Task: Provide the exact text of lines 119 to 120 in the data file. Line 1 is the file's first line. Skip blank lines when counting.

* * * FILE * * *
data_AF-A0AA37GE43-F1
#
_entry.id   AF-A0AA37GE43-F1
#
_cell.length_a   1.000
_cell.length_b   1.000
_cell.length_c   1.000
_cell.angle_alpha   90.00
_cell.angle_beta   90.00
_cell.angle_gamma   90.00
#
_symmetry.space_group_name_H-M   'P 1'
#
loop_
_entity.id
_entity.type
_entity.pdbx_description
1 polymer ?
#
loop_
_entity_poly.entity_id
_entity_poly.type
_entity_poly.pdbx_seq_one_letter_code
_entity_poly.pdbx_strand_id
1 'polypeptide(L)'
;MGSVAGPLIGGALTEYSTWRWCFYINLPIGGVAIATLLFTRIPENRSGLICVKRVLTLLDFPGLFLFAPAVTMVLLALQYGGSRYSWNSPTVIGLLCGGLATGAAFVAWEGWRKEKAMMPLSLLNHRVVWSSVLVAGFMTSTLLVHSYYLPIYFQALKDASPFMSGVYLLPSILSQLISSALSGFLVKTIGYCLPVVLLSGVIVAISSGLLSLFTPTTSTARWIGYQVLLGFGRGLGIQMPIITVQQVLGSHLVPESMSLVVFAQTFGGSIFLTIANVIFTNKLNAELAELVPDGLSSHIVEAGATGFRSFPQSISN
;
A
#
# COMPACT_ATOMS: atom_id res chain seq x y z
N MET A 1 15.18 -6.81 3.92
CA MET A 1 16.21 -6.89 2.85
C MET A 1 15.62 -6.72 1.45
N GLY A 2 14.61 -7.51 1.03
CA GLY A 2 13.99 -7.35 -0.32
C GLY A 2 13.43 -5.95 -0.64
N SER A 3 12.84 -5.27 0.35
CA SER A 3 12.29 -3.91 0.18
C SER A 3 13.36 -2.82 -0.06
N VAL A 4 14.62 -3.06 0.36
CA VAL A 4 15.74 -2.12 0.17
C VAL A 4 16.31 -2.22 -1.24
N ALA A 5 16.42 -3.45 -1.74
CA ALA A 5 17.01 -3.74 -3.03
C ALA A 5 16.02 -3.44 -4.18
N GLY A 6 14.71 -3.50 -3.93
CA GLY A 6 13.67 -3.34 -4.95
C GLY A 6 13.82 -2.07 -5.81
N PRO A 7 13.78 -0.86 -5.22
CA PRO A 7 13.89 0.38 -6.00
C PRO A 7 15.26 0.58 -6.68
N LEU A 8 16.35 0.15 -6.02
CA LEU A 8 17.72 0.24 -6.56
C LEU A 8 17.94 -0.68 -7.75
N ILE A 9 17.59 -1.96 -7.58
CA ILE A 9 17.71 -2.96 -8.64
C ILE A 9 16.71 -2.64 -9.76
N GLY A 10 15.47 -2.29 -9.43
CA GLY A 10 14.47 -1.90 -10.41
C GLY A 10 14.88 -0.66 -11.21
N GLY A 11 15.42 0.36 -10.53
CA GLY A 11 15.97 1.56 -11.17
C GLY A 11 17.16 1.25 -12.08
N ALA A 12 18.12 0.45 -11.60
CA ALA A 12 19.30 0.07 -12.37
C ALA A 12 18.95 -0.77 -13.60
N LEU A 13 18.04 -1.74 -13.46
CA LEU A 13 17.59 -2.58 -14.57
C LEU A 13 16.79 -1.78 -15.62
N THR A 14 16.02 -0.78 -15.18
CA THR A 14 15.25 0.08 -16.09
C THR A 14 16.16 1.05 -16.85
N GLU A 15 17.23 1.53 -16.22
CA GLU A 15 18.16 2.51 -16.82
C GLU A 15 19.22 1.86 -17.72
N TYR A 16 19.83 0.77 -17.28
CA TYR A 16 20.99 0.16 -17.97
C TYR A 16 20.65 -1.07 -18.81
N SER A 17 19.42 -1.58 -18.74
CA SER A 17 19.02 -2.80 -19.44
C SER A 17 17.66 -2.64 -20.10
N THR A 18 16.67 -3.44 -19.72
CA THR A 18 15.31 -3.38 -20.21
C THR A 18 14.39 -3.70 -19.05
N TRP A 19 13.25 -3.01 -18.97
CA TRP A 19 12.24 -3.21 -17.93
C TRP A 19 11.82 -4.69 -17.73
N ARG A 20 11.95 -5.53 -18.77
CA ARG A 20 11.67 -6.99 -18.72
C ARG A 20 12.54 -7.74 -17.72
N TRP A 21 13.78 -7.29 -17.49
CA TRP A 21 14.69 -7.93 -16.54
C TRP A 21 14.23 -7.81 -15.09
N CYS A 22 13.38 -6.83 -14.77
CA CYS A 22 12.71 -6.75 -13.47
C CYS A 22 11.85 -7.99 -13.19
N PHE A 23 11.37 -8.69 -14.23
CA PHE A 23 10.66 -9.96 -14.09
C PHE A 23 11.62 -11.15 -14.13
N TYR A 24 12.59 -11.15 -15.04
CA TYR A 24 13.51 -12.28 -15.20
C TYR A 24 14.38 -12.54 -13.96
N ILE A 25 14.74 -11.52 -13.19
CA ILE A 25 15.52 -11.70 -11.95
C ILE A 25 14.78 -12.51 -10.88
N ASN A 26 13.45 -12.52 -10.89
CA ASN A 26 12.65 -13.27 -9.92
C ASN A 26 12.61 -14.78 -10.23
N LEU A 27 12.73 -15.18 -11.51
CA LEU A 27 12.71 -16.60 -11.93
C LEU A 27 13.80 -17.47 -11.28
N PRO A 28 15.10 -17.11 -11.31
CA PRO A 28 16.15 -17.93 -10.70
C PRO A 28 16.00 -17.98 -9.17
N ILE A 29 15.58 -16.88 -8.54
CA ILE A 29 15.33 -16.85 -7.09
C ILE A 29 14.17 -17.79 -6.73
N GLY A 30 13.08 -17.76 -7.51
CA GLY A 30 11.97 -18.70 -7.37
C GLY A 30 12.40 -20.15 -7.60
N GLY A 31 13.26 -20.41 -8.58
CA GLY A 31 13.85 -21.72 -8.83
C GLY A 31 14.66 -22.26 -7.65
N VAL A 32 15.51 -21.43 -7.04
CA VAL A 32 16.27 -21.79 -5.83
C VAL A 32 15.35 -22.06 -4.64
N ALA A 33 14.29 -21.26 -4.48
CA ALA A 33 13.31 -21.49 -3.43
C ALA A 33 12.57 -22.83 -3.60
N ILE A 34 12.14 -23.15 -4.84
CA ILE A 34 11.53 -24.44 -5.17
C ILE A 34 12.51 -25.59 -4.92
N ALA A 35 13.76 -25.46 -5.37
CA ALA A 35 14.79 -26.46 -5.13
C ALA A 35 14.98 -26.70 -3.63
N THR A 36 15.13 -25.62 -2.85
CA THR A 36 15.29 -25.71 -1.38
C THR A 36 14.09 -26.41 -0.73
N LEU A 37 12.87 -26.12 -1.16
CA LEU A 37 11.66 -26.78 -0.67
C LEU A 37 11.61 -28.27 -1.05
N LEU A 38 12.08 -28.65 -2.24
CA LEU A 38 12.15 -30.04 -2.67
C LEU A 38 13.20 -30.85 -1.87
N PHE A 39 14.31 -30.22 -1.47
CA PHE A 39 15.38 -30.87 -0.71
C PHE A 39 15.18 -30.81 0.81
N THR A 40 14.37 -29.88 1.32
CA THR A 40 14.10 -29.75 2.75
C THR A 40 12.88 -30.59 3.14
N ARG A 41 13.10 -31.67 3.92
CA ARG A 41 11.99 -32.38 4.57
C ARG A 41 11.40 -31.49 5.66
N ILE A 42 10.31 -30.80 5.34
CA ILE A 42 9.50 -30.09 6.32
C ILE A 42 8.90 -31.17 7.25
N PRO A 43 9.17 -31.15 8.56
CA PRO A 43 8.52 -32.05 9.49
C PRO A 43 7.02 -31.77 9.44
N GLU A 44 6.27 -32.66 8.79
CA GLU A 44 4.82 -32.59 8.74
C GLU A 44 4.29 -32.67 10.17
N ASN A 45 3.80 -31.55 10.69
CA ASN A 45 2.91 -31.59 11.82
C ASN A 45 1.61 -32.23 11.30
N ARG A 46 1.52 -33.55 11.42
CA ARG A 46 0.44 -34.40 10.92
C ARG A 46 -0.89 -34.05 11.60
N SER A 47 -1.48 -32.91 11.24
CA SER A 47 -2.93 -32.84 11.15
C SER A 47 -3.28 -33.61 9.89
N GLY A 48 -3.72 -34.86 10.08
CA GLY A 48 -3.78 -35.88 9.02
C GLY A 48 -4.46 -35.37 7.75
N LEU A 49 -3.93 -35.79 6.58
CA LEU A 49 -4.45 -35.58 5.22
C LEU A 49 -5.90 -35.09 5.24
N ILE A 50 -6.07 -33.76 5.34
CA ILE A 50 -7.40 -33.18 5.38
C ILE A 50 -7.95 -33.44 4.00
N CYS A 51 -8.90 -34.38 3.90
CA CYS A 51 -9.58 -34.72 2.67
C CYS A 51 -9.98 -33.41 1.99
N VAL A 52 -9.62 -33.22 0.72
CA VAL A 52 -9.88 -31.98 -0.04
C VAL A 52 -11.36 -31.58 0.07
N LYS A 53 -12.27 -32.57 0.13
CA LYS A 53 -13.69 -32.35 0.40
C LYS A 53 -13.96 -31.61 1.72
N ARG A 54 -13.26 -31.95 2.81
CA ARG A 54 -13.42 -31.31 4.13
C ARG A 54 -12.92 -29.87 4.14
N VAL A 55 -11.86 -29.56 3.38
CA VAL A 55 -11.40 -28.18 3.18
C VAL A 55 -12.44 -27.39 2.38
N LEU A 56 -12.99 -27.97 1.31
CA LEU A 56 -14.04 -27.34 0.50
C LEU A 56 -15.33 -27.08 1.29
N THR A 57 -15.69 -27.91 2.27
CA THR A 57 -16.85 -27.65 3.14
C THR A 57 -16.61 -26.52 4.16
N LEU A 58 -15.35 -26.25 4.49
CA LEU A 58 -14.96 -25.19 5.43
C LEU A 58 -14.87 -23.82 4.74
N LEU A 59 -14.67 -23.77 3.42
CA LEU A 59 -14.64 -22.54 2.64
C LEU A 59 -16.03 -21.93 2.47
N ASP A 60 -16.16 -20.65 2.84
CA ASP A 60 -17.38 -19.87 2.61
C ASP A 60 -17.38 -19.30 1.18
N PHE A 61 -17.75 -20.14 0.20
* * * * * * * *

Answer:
CA GLY A 30 11.97 -18.70 -7.37
C GLY A 30 12.40 -20.15 -7.60